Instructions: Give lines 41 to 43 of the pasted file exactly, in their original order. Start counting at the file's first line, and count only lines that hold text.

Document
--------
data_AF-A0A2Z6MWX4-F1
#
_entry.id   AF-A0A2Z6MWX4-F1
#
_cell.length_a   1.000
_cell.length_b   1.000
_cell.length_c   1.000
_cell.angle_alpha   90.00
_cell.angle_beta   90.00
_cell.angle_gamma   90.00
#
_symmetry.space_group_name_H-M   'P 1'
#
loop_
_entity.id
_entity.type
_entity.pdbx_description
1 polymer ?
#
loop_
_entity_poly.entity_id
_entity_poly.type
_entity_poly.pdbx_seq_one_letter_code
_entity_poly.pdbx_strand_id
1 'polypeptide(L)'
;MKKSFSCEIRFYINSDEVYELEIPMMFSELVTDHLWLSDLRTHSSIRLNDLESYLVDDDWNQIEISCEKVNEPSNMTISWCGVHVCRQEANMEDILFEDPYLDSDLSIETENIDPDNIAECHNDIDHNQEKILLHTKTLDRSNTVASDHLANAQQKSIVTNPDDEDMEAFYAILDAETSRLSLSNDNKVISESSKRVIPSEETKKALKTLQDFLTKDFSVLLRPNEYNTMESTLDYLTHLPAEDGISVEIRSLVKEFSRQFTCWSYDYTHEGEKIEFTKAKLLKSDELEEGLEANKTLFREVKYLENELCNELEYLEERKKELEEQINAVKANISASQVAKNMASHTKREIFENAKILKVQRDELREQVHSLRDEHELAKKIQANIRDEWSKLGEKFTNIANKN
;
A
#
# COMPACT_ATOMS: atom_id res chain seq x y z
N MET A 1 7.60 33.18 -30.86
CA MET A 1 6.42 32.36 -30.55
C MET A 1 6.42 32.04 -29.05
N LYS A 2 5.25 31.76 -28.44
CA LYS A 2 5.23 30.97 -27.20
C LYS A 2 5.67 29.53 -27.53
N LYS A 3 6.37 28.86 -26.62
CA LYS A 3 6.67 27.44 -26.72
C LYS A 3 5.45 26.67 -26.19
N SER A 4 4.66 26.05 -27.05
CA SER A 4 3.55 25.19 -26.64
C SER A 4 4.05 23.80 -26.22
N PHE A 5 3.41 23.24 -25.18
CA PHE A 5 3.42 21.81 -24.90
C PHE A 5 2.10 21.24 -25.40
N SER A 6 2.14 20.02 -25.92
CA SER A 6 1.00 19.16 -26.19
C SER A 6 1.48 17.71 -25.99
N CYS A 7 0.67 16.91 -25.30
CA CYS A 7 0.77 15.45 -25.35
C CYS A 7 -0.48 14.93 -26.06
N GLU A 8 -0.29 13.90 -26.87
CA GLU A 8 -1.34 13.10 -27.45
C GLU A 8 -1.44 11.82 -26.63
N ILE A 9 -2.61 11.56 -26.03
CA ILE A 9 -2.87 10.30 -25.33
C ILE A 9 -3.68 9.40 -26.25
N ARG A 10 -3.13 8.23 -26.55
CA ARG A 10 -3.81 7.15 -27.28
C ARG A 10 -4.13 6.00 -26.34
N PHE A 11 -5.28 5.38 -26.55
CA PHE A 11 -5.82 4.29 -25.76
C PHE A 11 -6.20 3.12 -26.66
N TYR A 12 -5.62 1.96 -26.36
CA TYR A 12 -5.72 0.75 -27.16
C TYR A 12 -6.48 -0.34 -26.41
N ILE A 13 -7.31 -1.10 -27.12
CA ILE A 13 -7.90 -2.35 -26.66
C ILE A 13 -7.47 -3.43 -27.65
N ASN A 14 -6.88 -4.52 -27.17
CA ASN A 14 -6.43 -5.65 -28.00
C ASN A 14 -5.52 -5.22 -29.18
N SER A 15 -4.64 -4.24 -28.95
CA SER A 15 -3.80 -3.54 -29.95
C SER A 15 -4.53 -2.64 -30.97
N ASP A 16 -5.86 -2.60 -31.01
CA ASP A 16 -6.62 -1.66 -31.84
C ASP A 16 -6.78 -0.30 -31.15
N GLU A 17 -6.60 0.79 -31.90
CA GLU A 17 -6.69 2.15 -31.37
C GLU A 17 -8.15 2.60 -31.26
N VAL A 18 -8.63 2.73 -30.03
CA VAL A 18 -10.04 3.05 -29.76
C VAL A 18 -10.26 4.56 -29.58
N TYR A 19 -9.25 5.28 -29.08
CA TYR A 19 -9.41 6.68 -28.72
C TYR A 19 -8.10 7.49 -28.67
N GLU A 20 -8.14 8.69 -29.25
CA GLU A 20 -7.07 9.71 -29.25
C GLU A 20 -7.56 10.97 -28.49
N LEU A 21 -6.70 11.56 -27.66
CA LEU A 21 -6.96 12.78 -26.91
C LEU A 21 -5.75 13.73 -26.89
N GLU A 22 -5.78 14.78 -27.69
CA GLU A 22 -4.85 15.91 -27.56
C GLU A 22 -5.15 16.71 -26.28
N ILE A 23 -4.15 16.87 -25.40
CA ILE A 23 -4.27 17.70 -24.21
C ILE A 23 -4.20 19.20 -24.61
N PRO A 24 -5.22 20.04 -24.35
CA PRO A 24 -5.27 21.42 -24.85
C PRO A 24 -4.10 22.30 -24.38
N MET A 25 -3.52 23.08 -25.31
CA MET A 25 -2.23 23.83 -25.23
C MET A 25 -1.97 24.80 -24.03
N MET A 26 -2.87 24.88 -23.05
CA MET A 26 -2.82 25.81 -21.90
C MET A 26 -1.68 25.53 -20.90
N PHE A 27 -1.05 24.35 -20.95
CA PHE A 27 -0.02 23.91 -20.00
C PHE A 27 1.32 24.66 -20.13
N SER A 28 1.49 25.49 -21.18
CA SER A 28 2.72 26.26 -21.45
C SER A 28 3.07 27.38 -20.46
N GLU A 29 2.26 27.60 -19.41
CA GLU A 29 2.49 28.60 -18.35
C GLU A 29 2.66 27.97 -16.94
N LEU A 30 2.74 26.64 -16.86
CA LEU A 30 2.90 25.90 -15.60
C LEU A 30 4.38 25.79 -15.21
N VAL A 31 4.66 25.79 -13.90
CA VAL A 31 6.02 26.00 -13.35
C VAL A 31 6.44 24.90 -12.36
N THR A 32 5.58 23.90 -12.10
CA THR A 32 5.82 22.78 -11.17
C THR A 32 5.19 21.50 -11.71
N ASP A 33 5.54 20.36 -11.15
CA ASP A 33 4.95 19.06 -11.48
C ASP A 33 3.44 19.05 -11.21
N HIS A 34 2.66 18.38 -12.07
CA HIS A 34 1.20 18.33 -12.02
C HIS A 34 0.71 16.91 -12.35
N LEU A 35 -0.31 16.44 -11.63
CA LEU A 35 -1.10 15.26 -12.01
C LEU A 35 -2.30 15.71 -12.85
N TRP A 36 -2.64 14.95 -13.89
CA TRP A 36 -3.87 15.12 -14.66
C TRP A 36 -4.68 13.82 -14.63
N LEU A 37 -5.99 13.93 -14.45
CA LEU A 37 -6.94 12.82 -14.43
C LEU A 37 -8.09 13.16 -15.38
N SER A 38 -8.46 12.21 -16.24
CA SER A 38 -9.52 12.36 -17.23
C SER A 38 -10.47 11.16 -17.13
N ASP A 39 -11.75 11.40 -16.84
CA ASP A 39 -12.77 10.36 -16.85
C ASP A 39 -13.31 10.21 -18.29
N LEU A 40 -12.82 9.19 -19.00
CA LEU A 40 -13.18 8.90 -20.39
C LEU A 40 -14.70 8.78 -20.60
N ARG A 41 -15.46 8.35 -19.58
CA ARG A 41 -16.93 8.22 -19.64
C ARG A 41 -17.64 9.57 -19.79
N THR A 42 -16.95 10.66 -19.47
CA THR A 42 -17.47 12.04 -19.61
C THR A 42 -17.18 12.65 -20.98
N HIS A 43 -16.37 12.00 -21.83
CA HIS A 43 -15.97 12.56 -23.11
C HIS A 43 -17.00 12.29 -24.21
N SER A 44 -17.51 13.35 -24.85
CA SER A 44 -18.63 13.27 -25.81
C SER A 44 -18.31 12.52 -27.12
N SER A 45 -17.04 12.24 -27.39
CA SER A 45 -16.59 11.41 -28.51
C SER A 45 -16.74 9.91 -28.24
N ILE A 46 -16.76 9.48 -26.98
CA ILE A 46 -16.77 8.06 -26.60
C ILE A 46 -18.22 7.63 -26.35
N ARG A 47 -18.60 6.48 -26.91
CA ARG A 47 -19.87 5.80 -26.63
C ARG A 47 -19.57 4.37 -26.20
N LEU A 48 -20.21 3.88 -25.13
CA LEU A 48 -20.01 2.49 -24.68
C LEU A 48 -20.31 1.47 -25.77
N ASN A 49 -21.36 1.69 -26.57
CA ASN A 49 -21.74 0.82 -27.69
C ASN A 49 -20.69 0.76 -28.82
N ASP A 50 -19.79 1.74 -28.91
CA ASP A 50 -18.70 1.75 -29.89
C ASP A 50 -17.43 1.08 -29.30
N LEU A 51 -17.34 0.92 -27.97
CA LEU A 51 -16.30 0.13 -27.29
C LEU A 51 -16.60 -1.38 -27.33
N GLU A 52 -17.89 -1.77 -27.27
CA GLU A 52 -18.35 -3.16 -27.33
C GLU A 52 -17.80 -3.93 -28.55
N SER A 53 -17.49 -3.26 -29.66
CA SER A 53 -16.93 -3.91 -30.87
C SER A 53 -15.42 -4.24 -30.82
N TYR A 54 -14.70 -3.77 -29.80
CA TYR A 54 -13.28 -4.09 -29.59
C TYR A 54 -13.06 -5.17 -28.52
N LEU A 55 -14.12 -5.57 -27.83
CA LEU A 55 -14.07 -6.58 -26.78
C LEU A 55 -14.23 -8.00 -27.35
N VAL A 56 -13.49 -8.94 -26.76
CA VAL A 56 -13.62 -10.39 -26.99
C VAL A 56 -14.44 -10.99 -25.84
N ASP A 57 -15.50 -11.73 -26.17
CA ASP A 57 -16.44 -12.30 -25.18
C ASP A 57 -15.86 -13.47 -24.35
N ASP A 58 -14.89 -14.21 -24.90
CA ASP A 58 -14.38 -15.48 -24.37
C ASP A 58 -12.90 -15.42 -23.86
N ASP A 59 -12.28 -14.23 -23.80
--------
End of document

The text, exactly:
CA SER A 4 3.55 25.19 -26.64
C SER A 4 4.05 23.80 -26.22
N PHE A 5 3.41 23.24 -25.18